What about as an Action Flick? One thing the Bad Boys flicks do well is action scenes, and BB3 is no different. Abdil and Billal know what they’re doing behind the camera and they deliver a handful of exciting, hard-hitting action sequences that I had no complaints about…some ropey-looking green screen work aside. On a technical level, everything does what it should, with the somewhat generic score (did love the classic Mark Mancina Bad Boys theme though!) and kinetic burst of gunfire and explosions rocking the theatre appropriately.
Stylistically and technically, I don’t have many issues at all, with the exception of the aforementioned green-screen. There isn’t much of it, but what’s there is noticeable and for a split second would remove me from the excitement of the scene it was in. It just seemed funny, given Sony’s and Bruckheimer’s cash behind this thing. On a story level, while I did like how certain characters histories were expanded upon, there is a twist involving one character that was cheesy and hard to swallow, as this character’s actions easily put he / she well into Beyond Redemption territory. It was the one thing where I physically rolled my eyes when it happened. But then more gunfire and wisecracks erupted…and I was back in.
All in all, beyond many an odd…Bad Boys for Life is a success that all involved should be proud of. 17 years later, two freshmen directors pick up the torch and run it to the Finish Line with nary a stumble, capitalizing on the still-crackling, yet appropriately subdued chemistry of Will Smith and Martin Lawrence, and the support of Sony and Bruckheimer. The action scenes are kinetic and exciting, the banter is often funny, the returning characters haven’t lost their touch and the new cast all contribute to the story in one way or another and actually left me wanting to see more of their shenanigans (which I understand we MIGHT get). I appreciated the added character depth that emerged and how it was aided by a pace that took it’s time when it needed to. I also appreciated the lack of Michael Bay’s adolescent brand of misogyny. Even though several of the female cast members are VERY easy on the eyes, they all got to contribute something meaningful and / or cool to the narrative. Strangely, I noticed the main three were all very athletic and solidly built (but not in that monstrous She-Hulk kinda way) which added to the allure but also lent credibility to the idea that these women were capable and determined ass-kickers who could handle themselves in a scrap. I’m always ok with that! And obviously I’m OK with Bad Boys for Life. If you’re a fan of the BB franchise, this one will hit the spot, even if you’re skeptical about Michael Bay’s lack of involvement (though he does have a strange cameo in the 1st Act). It’s a fun and funny action-packed romp and sometimes that’s all you need. I enjoyed seeing it on The Big Screen…but if you opt to check out the bad boys shenanigans on disc or streaming, it’s 2 hours and 4 minutes of fun and excitement in classic buddy cop fashion.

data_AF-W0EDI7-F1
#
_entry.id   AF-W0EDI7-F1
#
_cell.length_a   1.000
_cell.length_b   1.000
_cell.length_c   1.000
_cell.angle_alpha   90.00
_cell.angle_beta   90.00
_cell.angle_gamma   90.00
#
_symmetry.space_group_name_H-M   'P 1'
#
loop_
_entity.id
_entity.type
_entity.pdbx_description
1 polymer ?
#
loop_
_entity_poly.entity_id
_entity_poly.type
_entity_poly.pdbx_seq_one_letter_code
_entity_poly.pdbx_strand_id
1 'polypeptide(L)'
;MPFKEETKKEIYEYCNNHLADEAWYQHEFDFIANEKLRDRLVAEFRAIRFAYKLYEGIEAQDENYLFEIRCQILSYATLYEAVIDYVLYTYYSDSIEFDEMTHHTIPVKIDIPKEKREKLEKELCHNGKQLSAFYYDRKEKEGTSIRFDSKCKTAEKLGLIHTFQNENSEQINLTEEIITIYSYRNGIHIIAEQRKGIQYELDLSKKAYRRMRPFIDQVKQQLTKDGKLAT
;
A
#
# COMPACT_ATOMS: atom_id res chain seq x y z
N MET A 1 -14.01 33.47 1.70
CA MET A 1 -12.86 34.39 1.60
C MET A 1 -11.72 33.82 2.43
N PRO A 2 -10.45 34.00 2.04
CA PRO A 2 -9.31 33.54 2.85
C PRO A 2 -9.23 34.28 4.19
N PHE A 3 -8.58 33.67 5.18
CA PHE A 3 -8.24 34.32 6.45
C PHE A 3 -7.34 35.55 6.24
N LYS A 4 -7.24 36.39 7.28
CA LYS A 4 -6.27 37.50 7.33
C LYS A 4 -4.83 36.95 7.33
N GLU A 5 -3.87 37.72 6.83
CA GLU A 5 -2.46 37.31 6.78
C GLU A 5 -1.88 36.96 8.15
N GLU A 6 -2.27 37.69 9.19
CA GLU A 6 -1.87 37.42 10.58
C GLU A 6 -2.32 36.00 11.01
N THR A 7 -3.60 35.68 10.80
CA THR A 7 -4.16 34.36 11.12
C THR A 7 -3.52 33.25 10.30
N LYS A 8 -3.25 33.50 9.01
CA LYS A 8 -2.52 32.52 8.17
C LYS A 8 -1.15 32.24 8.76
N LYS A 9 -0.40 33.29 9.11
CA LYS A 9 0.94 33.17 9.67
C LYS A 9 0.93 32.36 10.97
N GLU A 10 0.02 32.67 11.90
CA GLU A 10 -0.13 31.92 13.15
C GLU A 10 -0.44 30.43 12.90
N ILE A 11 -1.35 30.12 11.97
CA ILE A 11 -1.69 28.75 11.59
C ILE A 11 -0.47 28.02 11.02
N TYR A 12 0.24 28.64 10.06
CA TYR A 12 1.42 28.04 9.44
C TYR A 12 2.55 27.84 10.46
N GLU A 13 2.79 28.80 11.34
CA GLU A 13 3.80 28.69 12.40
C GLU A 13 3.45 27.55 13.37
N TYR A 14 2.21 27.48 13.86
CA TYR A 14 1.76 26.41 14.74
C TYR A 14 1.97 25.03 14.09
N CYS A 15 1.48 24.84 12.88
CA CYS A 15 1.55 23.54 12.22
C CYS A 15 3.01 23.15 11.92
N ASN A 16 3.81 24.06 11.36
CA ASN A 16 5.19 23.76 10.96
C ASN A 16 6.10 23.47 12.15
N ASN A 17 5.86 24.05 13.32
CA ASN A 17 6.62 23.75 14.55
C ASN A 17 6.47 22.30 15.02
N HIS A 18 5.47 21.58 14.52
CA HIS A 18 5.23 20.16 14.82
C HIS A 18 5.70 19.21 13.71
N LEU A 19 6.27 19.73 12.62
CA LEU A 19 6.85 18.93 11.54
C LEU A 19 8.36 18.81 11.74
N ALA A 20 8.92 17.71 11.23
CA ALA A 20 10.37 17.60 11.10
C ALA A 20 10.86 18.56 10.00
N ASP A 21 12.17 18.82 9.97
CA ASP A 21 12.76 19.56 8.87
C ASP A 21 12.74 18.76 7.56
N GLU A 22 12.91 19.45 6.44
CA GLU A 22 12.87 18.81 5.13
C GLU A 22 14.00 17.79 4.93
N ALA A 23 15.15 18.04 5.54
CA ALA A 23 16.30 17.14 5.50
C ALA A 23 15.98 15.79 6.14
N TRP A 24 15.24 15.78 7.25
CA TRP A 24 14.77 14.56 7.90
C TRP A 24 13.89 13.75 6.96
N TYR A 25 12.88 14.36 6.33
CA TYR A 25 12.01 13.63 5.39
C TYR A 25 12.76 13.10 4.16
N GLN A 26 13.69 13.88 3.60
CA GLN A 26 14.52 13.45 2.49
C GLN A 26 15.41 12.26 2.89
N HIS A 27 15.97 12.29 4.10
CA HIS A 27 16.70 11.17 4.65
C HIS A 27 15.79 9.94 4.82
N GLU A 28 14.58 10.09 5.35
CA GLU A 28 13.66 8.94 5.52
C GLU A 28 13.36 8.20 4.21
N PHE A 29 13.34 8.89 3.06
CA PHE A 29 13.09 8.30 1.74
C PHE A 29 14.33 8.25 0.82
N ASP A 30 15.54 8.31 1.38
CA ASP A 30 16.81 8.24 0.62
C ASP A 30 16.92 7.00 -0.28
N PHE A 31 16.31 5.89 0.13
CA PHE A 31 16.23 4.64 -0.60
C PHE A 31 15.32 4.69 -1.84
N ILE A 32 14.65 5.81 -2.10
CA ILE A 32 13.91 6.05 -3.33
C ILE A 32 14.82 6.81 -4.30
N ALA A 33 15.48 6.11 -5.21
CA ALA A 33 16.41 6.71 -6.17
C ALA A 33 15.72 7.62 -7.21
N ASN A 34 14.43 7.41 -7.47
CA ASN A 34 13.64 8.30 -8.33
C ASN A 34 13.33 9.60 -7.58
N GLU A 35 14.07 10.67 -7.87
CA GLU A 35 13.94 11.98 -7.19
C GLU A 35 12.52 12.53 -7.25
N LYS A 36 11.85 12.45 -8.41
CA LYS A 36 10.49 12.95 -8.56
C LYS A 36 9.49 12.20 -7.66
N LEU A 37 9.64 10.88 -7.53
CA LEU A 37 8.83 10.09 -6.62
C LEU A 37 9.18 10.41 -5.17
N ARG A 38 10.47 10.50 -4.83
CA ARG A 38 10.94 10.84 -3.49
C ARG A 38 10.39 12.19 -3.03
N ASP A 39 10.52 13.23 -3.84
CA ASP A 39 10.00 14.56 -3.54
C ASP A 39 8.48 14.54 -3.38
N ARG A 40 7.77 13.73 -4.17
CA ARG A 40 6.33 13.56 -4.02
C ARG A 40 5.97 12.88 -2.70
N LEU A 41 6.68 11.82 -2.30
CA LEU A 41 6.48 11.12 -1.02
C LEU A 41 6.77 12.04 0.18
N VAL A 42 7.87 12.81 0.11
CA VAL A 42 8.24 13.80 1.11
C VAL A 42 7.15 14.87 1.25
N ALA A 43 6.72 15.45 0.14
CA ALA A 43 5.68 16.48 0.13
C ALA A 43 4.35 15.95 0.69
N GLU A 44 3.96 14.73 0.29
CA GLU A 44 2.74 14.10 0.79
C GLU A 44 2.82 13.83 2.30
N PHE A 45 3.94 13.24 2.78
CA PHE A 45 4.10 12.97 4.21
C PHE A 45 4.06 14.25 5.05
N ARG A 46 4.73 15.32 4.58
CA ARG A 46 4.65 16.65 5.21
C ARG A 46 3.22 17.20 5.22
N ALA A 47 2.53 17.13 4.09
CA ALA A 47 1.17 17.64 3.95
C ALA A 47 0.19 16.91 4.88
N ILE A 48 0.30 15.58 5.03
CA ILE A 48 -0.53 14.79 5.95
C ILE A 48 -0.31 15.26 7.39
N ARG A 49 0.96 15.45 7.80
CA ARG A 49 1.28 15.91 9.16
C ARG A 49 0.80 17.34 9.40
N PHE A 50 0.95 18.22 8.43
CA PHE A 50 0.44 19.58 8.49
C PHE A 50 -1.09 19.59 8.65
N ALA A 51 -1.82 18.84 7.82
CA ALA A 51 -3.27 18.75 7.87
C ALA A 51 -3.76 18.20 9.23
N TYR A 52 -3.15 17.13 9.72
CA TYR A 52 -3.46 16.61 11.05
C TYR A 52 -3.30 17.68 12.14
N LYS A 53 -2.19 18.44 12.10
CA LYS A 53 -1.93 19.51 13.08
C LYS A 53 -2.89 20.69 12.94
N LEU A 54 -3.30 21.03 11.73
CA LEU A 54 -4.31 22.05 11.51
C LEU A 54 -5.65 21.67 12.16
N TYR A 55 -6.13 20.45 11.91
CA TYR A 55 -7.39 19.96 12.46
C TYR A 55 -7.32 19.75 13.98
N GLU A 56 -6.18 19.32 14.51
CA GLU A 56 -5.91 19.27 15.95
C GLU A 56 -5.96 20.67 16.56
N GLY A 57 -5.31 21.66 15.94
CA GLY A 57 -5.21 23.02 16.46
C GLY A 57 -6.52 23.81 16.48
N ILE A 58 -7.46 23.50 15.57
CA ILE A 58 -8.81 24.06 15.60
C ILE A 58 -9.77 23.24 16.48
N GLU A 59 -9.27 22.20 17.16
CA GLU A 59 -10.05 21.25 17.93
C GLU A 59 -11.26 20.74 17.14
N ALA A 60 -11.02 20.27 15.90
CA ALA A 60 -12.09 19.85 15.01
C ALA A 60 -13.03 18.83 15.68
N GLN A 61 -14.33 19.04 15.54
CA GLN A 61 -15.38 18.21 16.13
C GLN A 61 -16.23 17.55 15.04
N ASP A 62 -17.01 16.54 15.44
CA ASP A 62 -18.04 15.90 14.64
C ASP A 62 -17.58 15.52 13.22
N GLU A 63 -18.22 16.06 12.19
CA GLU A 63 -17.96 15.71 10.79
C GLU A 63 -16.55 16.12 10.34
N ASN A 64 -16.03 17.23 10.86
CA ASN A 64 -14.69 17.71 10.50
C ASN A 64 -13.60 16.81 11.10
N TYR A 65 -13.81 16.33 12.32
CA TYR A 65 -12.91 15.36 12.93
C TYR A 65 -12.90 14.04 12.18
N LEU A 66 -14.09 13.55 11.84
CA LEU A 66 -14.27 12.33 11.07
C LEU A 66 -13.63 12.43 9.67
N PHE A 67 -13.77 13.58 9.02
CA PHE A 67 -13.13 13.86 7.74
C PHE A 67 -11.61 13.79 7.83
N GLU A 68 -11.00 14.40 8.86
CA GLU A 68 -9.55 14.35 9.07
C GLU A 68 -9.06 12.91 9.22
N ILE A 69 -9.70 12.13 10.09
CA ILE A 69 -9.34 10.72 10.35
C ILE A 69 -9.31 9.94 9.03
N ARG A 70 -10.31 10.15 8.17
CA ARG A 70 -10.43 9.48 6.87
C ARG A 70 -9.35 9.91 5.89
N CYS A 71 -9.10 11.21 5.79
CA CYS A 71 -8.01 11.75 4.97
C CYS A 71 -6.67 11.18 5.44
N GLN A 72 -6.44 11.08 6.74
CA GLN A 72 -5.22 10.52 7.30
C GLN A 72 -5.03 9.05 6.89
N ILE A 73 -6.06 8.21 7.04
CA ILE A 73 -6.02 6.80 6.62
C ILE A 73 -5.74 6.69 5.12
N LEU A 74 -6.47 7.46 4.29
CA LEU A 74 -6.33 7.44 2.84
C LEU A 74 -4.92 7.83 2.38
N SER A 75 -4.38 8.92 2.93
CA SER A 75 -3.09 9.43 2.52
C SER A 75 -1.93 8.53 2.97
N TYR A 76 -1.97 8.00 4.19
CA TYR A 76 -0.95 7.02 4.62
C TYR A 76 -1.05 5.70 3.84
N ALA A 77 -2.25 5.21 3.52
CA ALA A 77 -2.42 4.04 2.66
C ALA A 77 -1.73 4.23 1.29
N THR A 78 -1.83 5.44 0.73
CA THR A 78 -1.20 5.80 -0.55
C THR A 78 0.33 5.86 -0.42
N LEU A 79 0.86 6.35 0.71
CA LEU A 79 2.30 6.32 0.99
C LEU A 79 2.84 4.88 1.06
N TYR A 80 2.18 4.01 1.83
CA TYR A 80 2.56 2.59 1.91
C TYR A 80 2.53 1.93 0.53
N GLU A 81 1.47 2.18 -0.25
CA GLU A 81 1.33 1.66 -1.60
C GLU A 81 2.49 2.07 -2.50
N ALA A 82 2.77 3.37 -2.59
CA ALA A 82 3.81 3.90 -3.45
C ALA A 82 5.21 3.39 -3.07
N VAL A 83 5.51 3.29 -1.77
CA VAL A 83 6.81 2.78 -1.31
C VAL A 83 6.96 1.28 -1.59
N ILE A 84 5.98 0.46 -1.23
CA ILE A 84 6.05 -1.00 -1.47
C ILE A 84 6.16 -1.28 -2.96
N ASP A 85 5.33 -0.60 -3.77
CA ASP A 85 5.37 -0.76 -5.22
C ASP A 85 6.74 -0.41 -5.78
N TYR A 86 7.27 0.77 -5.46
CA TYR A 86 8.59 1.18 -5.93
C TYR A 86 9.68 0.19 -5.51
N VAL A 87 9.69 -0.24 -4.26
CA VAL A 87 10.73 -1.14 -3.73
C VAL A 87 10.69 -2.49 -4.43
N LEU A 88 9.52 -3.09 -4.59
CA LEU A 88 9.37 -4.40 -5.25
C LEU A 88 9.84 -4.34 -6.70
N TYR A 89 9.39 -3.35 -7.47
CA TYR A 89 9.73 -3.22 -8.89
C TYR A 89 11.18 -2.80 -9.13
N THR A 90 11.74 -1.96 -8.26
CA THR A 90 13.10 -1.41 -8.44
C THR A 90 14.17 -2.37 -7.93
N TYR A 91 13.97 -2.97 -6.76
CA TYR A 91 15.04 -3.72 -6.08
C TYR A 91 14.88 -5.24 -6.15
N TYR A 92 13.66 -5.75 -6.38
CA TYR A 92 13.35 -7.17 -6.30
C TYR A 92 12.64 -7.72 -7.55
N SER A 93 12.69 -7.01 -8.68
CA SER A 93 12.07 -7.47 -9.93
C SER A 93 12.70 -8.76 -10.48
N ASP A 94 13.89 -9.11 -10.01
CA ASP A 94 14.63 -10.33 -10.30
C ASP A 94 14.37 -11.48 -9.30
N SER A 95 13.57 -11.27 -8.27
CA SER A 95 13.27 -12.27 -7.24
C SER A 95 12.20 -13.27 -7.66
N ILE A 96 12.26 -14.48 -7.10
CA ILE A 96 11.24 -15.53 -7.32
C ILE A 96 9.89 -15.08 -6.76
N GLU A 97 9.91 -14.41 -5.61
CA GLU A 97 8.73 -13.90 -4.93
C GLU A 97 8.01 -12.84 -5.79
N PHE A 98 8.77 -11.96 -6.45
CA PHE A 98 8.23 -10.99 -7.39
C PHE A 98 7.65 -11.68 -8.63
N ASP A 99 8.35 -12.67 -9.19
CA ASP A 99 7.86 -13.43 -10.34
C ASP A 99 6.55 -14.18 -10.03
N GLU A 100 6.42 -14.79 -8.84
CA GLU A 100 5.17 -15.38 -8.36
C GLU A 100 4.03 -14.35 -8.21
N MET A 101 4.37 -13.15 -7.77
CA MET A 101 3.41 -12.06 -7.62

“Ride together…die together.”
*Stick around for the credits. I saw two quick, amusing scenes cut into them that DEFINITELY hint at another adventure in store for our Miami PD Bad Boys.